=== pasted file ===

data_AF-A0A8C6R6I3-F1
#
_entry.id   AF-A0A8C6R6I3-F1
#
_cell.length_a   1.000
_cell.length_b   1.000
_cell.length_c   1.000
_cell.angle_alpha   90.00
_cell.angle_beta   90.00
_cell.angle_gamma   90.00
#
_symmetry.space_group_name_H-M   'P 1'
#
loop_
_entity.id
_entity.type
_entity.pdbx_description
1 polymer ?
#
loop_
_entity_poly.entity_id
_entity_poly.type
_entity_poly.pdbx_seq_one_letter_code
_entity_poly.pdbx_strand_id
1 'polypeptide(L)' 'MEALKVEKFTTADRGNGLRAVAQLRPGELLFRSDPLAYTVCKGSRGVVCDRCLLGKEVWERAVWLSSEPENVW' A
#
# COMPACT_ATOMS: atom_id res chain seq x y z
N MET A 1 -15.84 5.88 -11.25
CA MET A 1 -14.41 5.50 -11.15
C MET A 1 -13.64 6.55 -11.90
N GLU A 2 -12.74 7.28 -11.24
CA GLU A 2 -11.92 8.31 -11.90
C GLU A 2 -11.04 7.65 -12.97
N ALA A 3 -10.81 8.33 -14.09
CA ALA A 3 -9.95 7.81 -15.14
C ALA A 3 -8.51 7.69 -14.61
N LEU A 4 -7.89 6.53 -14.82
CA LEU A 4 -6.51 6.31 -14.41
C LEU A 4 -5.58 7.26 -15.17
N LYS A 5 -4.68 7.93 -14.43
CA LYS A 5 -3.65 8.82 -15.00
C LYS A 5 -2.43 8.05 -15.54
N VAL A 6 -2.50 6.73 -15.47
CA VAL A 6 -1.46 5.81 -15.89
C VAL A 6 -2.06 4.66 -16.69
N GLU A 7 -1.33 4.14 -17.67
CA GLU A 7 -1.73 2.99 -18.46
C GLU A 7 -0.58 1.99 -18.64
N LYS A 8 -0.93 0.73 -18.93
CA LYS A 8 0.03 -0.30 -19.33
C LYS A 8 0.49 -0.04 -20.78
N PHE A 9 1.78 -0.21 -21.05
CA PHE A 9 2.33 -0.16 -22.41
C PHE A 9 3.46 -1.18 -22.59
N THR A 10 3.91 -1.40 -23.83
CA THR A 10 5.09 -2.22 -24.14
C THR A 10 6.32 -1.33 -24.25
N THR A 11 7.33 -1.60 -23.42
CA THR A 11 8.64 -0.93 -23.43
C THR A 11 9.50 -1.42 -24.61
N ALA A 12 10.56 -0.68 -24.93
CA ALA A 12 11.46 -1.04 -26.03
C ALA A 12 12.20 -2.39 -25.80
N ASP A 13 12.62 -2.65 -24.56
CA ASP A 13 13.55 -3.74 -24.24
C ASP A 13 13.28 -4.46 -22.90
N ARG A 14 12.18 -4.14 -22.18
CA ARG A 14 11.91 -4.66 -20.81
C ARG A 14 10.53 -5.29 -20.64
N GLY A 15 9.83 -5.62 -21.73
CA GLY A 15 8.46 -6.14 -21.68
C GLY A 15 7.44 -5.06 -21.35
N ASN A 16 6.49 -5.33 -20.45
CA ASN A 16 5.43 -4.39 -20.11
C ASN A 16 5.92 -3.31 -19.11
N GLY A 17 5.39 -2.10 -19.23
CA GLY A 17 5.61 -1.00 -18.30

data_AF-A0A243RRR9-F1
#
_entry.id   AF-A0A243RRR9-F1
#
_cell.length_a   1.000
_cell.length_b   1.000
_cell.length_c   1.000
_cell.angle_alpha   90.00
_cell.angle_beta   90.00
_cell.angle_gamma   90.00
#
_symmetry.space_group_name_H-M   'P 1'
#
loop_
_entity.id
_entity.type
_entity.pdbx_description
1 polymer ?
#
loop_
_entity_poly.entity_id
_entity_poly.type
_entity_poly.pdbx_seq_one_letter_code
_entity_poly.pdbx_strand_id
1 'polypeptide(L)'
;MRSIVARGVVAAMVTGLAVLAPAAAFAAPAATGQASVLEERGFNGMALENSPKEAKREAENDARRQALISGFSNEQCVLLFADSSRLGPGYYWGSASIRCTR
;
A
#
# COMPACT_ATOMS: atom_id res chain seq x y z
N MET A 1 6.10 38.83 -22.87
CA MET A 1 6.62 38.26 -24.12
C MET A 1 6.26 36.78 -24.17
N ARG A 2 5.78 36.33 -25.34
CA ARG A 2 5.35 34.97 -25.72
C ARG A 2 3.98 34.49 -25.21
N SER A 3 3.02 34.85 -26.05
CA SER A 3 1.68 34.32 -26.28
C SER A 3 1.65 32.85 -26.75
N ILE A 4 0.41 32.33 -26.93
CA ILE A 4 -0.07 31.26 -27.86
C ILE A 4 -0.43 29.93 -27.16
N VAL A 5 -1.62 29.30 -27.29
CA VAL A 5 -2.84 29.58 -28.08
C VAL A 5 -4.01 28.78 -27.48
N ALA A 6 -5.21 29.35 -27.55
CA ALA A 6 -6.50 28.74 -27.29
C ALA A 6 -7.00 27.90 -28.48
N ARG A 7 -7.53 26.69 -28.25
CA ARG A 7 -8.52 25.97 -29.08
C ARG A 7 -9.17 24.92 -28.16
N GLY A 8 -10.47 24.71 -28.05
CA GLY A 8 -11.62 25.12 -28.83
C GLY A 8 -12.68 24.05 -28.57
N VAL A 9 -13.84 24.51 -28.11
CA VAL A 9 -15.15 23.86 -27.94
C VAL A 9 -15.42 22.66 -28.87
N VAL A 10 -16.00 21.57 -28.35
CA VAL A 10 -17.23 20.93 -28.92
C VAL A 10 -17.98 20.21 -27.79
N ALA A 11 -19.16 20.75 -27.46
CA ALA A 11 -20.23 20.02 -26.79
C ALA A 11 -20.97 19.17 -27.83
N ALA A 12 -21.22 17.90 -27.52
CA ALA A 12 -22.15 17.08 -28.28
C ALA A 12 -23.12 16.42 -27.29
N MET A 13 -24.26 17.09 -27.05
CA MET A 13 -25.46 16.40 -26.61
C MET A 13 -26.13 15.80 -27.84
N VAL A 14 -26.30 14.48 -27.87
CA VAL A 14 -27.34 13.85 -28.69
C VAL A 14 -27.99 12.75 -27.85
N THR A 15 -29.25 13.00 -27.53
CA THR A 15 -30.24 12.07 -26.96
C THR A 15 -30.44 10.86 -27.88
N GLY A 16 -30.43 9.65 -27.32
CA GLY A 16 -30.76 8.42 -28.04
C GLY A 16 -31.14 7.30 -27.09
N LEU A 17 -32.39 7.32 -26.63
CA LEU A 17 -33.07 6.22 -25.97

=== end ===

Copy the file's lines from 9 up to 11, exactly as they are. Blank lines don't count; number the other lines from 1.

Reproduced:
_cell.angle_beta   90.00
_cell.angle_gamma   90.00
#